Auto-enrollment nudges workers to save more. Up to 74 percent of workers sign up for retirement plans under default enrollment, studies have shown, versus only a small percentage for plans without the structure.
Some in Congress favor a “saver’s credit” that would match contributions for low- and middle-income families up to $500. In keeping with the autopilot feature, that credit would be automatically deposited into a retirement plan.
The future of auto-IRA
If the auto-IRA catches on, it will make a huge difference for those working at companies that don’t offer a retirement plan. But there are flies in the ointment.
The U.S. Chamber of Commerce, a powerful lobbying force, opposes the concept because it creates a new government mandate on private companies. “We’re all for increasing [retirement plan] coverage,” Randy Johnson, a chamber vice president, said in a speech this spring. “But these are new requirements imposed on employers, and we oppose them.” The chamber also says that any retirement system for private-sector workers should let them invest in open markets, not just funds chosen by a government board.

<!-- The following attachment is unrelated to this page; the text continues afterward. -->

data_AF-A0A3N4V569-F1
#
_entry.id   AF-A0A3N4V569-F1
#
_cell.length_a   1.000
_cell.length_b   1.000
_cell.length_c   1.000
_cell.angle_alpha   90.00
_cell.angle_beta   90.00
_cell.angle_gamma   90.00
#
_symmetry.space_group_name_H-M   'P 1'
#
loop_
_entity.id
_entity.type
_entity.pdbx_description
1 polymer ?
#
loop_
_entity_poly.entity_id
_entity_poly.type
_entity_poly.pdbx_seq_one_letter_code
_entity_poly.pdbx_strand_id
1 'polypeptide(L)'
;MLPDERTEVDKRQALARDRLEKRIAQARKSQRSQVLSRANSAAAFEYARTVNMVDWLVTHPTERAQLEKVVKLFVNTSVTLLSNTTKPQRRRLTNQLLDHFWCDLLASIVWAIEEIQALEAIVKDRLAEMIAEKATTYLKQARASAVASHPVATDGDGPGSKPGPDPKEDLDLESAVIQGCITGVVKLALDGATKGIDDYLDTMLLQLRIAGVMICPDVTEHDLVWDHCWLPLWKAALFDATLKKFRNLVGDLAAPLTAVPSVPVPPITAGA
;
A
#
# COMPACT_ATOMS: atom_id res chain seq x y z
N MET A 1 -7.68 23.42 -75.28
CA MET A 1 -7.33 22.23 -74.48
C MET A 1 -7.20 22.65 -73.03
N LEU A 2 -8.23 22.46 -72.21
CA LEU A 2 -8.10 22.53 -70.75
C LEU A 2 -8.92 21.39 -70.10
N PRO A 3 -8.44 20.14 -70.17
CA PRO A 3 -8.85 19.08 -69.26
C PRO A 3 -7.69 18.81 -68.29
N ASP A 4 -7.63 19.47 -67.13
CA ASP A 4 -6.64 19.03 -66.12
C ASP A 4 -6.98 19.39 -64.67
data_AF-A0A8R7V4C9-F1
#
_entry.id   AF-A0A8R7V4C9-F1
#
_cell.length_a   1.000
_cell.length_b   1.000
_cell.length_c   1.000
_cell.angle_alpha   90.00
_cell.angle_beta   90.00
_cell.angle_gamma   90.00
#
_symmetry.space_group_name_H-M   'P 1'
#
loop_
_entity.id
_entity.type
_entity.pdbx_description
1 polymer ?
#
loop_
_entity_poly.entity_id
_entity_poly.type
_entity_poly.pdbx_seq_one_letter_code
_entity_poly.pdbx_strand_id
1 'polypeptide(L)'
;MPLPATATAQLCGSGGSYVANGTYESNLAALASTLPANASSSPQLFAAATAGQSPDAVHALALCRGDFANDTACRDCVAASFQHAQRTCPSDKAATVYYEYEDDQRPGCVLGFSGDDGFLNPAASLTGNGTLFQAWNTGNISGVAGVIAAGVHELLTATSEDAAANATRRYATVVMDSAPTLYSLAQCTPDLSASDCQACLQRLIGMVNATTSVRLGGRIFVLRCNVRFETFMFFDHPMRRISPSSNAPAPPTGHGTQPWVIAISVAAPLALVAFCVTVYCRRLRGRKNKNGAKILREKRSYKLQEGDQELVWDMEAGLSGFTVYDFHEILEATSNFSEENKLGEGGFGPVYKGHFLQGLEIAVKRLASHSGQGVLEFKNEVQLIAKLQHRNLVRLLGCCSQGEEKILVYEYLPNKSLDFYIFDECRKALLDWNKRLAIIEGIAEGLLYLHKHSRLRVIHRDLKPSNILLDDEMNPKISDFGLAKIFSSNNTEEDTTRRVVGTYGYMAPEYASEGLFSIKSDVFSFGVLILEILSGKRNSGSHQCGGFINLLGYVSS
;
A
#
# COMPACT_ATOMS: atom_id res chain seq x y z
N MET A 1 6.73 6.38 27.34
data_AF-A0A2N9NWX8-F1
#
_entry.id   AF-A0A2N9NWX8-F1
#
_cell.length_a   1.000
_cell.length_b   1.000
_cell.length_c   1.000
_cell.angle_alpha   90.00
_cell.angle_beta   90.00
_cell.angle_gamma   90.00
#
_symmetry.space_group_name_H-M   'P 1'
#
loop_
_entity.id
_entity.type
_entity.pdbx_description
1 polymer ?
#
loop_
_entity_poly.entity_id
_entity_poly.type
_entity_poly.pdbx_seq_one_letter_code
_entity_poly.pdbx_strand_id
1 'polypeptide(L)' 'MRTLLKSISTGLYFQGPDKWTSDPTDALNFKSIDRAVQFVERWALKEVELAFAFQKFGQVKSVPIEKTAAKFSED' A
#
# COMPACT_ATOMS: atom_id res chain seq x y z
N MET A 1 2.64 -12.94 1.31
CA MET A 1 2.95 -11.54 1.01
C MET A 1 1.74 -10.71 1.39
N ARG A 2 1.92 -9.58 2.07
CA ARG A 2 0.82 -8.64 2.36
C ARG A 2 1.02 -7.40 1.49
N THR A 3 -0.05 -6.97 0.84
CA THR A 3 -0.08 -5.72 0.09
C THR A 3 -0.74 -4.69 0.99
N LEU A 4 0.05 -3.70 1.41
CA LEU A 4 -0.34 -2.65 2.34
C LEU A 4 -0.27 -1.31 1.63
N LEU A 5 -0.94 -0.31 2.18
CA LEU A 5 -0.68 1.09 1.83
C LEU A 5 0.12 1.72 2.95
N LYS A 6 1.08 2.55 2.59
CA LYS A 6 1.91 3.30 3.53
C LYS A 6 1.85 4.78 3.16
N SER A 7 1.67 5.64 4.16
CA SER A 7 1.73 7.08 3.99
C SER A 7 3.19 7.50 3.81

Many business owners also fear that the plans will be too expensive to set up and maintain, or will force them to radically adjust their payroll systems.
To ease those fears, small employers will be given tax credits to offset set-up expenses. Businesses less than two years old and those with 10 or fewer employees would not be required to offer the program.
The program will cover only 40 million to 50 million of the 78 million workers who don’t currently have access to retirement plans at work, estimates Reimer. Those who will be covered will require education to take full advantage of the new accounts.
Ideally, if the program gains acceptance, it’s possible that those reentering the workforce or workers who simply haven’t saved enough for retirement will have another opportunity to rebuild their nest eggs. After devastating losses in the stock and housing markets, that’s the most welcoming news that this legislation would bring.
John Wasik is a columnist for Bloomberg News and the author of "The Audacity of Help: Obama’s Economic Plan and the Remaking of America."
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